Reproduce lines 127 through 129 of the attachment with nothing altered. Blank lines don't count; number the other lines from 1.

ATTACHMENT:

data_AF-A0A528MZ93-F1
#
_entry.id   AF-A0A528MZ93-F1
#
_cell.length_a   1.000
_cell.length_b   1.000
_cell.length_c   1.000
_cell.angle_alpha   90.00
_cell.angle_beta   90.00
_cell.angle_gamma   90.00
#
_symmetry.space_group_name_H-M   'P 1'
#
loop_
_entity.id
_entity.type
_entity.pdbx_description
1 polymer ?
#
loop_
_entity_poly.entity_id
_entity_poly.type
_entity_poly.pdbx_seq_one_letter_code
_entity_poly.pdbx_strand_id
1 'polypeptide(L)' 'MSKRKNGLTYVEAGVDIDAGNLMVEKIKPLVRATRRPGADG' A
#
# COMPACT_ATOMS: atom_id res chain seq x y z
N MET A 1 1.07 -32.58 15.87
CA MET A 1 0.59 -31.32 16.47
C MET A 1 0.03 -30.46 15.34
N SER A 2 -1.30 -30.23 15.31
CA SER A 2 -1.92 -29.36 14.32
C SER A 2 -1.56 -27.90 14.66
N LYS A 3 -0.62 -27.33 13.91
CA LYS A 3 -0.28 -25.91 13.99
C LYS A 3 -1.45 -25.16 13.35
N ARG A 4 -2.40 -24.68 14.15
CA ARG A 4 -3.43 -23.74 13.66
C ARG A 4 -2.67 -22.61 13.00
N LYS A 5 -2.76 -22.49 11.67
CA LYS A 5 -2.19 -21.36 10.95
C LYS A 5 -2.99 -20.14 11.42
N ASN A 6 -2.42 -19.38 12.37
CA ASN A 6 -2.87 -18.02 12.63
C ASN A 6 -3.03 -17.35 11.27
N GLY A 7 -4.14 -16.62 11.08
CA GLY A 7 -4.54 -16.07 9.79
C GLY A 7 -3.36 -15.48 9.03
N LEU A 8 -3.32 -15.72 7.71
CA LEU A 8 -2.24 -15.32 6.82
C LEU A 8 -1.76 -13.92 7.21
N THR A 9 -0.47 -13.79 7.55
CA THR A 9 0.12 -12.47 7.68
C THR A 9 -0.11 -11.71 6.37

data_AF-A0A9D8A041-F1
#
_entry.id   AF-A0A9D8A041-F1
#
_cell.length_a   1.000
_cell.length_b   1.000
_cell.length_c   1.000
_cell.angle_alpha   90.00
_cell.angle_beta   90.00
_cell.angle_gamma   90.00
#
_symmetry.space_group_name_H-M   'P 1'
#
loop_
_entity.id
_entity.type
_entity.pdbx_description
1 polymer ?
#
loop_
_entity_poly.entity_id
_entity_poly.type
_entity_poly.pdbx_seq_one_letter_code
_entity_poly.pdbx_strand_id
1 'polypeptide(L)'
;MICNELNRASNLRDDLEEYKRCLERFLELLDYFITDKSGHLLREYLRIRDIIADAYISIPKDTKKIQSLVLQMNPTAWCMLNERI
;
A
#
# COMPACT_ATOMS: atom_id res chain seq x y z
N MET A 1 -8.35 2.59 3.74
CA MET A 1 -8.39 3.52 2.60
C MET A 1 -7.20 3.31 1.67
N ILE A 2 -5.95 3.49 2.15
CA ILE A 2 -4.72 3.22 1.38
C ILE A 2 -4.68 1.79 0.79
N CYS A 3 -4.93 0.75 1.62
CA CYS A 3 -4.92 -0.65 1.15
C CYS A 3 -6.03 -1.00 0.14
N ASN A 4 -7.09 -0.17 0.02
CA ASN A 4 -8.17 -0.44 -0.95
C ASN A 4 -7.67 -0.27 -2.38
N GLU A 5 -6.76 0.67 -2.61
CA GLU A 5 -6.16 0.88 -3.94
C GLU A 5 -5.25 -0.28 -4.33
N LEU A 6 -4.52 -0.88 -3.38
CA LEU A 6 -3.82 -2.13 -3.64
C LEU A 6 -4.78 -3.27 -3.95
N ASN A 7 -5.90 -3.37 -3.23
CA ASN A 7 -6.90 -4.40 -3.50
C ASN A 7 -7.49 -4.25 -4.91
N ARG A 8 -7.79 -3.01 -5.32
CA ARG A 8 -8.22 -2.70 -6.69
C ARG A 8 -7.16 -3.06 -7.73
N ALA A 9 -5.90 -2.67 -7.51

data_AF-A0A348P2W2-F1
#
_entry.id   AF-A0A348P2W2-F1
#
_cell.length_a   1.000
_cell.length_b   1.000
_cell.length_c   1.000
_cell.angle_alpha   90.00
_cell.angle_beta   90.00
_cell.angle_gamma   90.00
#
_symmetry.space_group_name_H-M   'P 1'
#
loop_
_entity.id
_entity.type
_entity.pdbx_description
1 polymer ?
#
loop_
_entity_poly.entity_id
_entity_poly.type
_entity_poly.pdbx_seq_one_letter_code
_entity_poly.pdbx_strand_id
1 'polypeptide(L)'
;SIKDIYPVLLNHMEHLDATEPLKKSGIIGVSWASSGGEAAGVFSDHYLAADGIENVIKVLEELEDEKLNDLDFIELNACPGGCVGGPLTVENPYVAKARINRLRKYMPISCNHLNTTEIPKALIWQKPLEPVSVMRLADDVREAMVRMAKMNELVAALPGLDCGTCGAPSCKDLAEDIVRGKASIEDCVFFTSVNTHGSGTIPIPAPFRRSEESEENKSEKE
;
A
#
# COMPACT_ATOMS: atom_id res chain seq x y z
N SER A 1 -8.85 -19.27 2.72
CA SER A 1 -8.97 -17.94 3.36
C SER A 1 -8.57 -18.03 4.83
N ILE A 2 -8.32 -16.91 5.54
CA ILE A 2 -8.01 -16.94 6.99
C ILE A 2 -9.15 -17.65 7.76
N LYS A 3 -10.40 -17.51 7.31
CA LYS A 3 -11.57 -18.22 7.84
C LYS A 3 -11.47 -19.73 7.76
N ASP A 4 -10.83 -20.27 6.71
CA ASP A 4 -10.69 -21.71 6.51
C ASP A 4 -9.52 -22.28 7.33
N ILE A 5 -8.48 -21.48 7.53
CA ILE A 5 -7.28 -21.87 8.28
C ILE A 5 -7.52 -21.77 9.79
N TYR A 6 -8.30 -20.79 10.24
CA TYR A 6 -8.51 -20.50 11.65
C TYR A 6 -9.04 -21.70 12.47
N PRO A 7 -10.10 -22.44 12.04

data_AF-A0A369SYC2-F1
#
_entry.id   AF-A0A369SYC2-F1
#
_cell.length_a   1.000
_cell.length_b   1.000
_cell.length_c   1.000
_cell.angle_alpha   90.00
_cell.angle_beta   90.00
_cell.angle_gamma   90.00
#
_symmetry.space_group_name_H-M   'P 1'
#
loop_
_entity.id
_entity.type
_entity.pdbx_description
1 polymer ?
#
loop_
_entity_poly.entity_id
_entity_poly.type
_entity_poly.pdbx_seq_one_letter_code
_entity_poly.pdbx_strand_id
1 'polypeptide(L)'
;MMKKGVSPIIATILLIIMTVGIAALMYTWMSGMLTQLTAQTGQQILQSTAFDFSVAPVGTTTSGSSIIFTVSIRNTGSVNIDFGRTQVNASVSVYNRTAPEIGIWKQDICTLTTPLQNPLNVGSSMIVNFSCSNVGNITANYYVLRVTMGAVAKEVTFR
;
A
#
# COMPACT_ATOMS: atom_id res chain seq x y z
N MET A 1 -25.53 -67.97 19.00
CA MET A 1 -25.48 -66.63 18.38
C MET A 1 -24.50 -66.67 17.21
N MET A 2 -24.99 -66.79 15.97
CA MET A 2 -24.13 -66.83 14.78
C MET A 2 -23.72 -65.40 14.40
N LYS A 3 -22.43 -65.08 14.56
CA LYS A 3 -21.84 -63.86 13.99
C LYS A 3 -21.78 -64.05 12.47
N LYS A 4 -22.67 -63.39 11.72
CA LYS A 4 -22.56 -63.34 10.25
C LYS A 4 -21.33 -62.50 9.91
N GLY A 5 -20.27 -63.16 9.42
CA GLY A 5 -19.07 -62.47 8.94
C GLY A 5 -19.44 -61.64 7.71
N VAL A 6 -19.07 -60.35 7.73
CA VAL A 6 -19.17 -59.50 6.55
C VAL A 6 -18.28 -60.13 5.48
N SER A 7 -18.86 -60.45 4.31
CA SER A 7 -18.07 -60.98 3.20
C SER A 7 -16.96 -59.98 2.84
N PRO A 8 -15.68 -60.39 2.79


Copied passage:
1 polymer ?
#
loop_